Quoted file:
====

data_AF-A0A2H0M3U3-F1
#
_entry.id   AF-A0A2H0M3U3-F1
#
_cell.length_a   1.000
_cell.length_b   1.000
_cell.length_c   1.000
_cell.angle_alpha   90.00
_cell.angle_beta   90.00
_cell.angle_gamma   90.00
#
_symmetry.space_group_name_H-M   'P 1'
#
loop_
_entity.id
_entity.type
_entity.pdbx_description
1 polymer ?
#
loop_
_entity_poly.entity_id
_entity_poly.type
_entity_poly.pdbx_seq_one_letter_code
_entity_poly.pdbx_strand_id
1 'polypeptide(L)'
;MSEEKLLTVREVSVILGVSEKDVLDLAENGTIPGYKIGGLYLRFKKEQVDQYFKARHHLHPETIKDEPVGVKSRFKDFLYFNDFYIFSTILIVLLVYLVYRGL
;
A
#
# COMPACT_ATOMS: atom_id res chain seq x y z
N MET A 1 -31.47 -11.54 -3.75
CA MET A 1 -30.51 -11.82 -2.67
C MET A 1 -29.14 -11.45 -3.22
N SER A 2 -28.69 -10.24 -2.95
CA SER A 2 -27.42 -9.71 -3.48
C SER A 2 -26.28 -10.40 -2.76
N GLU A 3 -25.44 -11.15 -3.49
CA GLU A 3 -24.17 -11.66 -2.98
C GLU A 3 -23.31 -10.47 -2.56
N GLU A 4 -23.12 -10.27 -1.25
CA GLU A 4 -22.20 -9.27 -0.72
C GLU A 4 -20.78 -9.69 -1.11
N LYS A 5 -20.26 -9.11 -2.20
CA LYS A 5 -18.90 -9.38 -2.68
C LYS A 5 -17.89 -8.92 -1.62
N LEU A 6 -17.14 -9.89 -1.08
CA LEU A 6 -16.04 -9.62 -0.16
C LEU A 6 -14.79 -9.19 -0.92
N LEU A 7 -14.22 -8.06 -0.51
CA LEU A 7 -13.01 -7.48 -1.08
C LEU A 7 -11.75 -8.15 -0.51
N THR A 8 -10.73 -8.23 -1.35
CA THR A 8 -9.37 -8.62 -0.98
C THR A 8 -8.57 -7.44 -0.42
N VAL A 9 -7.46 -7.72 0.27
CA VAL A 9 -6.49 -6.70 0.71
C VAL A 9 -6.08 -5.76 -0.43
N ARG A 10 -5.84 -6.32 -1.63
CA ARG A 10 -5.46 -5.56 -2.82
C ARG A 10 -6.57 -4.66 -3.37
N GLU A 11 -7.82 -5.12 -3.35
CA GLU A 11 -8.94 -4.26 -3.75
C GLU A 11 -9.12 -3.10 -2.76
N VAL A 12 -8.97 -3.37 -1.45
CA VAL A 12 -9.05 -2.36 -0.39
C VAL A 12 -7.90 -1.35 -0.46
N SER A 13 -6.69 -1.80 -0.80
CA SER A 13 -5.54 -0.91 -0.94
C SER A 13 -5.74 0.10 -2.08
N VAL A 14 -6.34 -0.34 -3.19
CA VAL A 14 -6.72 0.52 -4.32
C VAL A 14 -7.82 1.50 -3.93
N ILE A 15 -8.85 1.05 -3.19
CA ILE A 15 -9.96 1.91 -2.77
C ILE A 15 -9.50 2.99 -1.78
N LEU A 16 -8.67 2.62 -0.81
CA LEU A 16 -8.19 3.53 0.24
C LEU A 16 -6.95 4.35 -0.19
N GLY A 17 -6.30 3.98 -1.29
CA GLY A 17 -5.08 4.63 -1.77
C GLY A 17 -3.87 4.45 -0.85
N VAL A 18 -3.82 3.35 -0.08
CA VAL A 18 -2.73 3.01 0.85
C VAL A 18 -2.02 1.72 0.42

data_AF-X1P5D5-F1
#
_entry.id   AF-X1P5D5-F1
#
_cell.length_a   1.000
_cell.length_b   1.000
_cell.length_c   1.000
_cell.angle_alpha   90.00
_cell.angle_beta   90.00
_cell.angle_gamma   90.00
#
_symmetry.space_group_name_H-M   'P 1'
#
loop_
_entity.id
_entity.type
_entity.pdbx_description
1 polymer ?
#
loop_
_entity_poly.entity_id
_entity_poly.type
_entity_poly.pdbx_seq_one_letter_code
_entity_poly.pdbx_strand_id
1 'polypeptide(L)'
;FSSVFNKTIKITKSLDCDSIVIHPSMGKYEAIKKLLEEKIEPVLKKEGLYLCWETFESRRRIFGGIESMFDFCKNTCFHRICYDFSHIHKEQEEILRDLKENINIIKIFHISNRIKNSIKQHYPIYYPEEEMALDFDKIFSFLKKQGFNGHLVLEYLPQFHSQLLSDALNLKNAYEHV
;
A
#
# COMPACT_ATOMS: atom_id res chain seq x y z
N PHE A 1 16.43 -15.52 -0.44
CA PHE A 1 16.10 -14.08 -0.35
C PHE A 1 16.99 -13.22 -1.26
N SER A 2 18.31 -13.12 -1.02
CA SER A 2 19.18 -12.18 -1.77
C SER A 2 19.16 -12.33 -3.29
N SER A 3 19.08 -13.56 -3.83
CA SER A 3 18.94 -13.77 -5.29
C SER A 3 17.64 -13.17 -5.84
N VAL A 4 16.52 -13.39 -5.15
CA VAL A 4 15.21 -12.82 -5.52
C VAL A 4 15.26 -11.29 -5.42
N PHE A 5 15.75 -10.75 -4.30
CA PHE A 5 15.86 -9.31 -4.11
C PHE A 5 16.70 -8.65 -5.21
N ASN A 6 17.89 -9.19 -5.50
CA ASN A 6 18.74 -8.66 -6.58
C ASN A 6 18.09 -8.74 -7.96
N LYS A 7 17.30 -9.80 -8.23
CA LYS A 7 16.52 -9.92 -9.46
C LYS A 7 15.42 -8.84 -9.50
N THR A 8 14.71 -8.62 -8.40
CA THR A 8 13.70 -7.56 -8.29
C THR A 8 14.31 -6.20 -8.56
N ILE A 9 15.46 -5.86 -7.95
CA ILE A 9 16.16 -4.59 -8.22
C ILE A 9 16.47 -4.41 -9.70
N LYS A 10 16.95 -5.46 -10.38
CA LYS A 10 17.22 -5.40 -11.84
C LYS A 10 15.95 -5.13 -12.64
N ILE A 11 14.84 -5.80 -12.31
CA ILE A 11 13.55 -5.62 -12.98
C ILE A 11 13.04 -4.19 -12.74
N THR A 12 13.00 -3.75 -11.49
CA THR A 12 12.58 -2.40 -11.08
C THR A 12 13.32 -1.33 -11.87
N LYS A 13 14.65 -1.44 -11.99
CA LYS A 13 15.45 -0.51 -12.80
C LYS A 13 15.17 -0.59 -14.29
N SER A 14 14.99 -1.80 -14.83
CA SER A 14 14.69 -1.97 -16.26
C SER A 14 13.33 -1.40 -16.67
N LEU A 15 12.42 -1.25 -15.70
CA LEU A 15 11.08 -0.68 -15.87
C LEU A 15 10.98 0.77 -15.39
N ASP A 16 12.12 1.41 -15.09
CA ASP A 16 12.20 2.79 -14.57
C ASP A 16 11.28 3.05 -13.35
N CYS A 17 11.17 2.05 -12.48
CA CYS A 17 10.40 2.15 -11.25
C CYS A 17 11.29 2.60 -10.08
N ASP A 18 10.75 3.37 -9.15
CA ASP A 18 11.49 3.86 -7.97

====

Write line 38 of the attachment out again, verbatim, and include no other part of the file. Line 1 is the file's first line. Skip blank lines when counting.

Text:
CA GLU A 3 -24.17 -11.66 -2.98